“What we were hoping was that young, healthy men who were most likely to benefit would be screened at higher rates and that screening would tail off in older men.”
Yes, because getting it at 40 is very different than getting it at 75. If you have it at 40 and do nothing, chances are you'll never see 75 because of it.
"A positive P.S.A. test usually leads to a biopsy and then, if cancer is found, to a decision about
whether to treat it. Nearly all men opt for treatment, which includes surgery to remove the prostate or radiation to destroy the cancer. Side effects can include impotence and incontinence."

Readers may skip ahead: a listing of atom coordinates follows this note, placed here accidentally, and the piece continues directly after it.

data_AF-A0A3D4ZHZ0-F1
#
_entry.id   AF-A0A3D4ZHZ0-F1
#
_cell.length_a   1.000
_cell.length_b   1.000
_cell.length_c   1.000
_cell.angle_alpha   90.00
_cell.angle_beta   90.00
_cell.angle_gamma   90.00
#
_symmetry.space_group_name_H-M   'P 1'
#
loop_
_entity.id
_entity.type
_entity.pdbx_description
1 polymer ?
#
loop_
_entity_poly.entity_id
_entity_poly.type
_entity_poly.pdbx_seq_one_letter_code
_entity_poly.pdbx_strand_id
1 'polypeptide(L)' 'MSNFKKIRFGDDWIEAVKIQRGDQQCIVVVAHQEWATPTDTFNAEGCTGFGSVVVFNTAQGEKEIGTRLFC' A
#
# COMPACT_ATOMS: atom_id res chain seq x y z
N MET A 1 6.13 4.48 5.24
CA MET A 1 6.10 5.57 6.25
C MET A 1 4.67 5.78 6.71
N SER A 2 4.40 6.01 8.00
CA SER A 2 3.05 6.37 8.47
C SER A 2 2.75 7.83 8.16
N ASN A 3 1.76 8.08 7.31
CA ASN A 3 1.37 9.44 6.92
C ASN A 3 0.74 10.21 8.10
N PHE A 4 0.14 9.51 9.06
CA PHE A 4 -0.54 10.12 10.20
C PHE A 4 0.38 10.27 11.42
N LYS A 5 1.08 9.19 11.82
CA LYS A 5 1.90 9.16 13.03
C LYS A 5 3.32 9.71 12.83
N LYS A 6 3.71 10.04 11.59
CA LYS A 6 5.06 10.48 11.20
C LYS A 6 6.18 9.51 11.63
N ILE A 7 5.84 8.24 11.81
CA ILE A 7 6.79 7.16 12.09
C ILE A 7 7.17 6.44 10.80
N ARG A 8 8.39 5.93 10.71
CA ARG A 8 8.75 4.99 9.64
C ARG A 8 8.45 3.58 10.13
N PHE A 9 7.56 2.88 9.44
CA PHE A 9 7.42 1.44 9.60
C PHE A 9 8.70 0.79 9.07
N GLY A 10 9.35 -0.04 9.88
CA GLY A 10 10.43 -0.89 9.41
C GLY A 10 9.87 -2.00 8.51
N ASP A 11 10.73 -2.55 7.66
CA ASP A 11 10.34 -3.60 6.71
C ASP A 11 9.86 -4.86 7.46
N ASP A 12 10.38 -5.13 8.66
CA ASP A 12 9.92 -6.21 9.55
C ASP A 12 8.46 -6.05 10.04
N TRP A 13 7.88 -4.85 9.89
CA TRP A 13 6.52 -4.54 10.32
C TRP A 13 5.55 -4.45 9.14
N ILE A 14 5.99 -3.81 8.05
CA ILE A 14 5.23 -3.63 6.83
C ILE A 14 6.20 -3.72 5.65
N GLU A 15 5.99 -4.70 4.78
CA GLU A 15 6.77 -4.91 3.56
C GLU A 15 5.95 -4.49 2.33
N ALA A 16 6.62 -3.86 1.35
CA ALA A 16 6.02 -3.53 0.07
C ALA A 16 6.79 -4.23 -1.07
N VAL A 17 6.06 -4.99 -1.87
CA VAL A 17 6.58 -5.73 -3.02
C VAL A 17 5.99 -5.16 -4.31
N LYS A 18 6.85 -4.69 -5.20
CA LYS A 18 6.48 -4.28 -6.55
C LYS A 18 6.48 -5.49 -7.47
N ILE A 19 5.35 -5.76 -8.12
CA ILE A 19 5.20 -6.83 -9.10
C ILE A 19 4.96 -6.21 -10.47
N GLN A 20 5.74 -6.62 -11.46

"One reason treatment is the most common choice is that it is hard to know if a cancer is lethal."
I personally ascribe to the theory that we ahve families and too much to loose, and better safe than sorry.
Post Edited (davidg) : 4/13/2011 4:53:47 PM (GMT-6)